There has been an explosion in the popularity of Merino Wool baselayers in the past few years. This trend has been led by two companies in particular - Smartwool and Icebreaker. There are now many manufacturers who have Merino products in their ranges - Arc'teryx being one of them.
The Rho LTW has actually been in the Arc'teryx range for a number of years, but has flown under the radar a little. Having been a fan of Merino form Smartwool and Icebreaker pretty much since the beginning, I was interested to see how an Arc'teryx designed top would fare against the big boys of baselayers. I'm actually on my second Rho LTW now after having used one pretty regularly for coming up on 3 years now. On first appearances it's fairly similar to any other merino baselayer. There are, however, a few key differences.
For a start the Rho's Merino has Lycra woven into it. Traditional Merino baselayers tend not to have a Lycra mix. Due to the way that the garments are constructed and the natural give in the wool, most Merino baselayer tend to stretch without the need for Lycra. I've always found, however, that once you have worn a garment for a day or so Merino tends to sag and lose its shape somewhat. Now that's not a big deal if the item is only ever worn a day at a time, but I've always felt that the real advantage of Merino baselayers are their performance over long periods of continuous wear. Especially given the fabrics ability to fend off smell. Due to the presence of Lycra, the Rho will not sag or lose its shape even after a week of wear without washing. For this reason I think it's fantastic for multi day and expedition use. It really is the only baselayer you need to take on that week long ice climbing trip to La Grave, or your annual ski trip to Chamonix. For serious expedition use I don't think I've seen a better baselayer.
Another advantage of the Lycra infusion is the fact that it makes the Rho very close fitting - exactly how a performance baselayer should be. Combine this close fit with extra long arms and a torso that's long enough to stay well tucked in and your laughing. The theory goes that putting Lycra in there may slow the tops drying time. Whilst I agree that the Rho doesn't dry as quickly as an equivalent weight polyester fabric after you wash it, I haven't found any difference vs. any other Merino fabric. I also find that the difference in drying time between Merino and polyester less obvious when I'm actually wearing the garment. Ok, it's useful to have a very quick drying fabric after washing when you're traveling, but it's a fabrics ability to dry next to the skin whilst in use that's most important to most users. When it comes to this test I rarely notice a difference between Merino and other man made fabrics. Without doubt when I do manage to get a baselayer wet, Merino wins on comfort every time in all but the warmest conditions when I prefer a lightweight polyester fabric.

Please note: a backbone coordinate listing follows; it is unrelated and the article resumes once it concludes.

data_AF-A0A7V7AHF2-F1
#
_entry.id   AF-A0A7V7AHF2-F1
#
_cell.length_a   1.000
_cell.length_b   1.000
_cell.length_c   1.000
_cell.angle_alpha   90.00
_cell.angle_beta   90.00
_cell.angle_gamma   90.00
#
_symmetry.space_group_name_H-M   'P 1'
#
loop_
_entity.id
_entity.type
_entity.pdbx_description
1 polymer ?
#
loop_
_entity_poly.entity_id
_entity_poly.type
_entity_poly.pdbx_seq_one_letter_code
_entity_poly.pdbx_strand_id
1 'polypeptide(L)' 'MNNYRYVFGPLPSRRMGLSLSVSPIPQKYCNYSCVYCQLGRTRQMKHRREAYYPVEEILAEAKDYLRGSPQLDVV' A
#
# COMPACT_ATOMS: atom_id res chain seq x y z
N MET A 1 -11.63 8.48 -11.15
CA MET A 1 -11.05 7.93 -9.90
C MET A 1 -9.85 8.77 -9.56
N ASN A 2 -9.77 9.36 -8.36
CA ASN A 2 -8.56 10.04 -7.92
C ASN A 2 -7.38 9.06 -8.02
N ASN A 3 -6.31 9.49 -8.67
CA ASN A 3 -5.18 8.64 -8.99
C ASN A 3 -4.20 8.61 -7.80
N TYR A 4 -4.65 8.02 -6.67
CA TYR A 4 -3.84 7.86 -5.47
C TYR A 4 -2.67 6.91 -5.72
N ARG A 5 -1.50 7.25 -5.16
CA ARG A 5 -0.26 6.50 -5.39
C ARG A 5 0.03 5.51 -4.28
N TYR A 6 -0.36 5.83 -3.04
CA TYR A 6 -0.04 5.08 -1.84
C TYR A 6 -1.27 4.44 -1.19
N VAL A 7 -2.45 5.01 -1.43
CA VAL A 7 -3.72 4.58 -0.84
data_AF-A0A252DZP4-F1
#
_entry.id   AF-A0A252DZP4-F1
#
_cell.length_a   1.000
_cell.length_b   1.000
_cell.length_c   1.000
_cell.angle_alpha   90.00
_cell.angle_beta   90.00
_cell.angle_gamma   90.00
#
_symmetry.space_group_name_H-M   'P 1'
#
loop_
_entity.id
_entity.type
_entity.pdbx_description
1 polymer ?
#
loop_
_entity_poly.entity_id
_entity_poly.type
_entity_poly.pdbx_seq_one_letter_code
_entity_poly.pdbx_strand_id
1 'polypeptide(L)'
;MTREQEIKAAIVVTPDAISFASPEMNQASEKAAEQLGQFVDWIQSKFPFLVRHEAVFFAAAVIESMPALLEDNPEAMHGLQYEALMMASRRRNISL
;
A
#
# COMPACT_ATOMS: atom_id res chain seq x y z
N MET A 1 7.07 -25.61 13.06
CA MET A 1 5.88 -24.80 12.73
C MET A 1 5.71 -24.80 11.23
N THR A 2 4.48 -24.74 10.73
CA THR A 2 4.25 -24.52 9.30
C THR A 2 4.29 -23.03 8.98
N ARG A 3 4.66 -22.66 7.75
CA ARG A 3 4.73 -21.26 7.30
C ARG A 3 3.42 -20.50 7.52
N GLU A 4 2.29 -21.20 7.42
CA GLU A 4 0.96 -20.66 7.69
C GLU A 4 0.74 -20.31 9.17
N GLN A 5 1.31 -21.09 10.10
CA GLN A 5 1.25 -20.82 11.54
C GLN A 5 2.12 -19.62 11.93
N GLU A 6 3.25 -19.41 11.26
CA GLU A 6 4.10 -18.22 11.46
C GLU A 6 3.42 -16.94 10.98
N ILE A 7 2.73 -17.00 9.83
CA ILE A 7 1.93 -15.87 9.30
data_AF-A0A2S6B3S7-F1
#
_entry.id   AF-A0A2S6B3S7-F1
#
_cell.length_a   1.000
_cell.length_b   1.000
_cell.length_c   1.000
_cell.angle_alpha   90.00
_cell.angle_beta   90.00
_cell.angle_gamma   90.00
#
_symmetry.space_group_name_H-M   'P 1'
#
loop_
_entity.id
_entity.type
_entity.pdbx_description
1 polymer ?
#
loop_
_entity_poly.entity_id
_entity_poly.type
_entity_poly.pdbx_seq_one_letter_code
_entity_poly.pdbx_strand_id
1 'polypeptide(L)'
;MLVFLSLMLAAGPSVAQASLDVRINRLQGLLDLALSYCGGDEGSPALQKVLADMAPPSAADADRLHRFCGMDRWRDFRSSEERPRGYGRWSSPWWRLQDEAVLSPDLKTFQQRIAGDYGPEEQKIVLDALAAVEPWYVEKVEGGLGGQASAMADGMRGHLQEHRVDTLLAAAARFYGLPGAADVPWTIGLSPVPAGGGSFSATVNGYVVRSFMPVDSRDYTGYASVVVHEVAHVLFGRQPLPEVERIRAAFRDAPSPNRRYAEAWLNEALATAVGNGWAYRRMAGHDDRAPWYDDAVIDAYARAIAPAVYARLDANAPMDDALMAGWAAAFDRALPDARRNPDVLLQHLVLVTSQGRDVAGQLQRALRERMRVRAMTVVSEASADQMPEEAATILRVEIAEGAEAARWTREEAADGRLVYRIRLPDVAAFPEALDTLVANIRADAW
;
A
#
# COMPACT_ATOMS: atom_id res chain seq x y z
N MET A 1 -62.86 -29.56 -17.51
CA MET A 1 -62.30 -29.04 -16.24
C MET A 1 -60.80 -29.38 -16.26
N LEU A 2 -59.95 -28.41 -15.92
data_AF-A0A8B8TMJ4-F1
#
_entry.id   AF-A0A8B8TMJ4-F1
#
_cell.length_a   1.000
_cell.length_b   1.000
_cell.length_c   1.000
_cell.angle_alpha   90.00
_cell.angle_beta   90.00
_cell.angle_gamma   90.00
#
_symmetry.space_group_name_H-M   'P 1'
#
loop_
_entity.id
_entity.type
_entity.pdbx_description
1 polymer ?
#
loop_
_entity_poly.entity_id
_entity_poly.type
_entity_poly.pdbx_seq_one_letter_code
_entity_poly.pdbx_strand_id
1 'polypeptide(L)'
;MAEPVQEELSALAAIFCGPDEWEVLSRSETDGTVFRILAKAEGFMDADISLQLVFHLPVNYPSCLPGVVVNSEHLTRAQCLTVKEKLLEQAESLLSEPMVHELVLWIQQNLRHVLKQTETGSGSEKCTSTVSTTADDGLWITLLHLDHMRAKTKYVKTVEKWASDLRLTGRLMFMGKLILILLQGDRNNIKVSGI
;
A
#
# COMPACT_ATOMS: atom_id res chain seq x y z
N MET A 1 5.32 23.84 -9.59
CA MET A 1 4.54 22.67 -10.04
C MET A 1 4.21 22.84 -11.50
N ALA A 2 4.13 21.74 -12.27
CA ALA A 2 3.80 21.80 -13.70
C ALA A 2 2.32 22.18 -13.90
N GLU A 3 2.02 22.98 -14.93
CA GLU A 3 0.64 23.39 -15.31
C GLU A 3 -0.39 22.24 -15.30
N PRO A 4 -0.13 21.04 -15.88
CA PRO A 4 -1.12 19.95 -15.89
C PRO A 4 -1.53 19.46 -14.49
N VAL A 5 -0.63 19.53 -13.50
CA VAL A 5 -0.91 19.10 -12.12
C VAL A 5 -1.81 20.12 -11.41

Features wise the Rho LTW, as you would expect, is pretty basic. You do however get a chest pocket made from a stretchy nylon material. This is laminated onto the top in typical Arc'teryx fashion. The lack of stitch lines means the pocket sits nice a clean and doesn't rub against the skin at all. It's useful for a key or credit card and, whilst it's hardly a deal breaker, I'd rather have a pocket there than not.
The zipped collar is nice and snug and, again, sits very comfortably next to the skin and under any midlayer that's worn over the top. The collar is double fabric so insulates the neck area well and the zip is deep enough to provide good ventilation when needed. This is fairly important as the Rho is a pretty warm top. I tend to keep the Rho for cool to cold conditions, though a friend of mine wore his mountain running in the Alps in August and loved it, so this probably comes down to personal preference.
The only negative comment I can direct towards the Rho, and again this applies to pretty much all Merino baselayers, is the long term durability. Wool baselayers (and socks too for that matter) tend not to be as durable as their synthetic counterparts. They are also usually more expensive. At £75 the Rho is without doubt one of the more expensive baselayers on the market. Though having used the product extensively, I still think represents good value for money and I wouldn't hesitate to spend this amount on another one.
Overall then I see the Rho LTW as a proper baselayer with high performance levels. It's hands down my favorite baselayer for climbing, snowboarding and running in winter.
Images: Dave MacFarlane/planetFear
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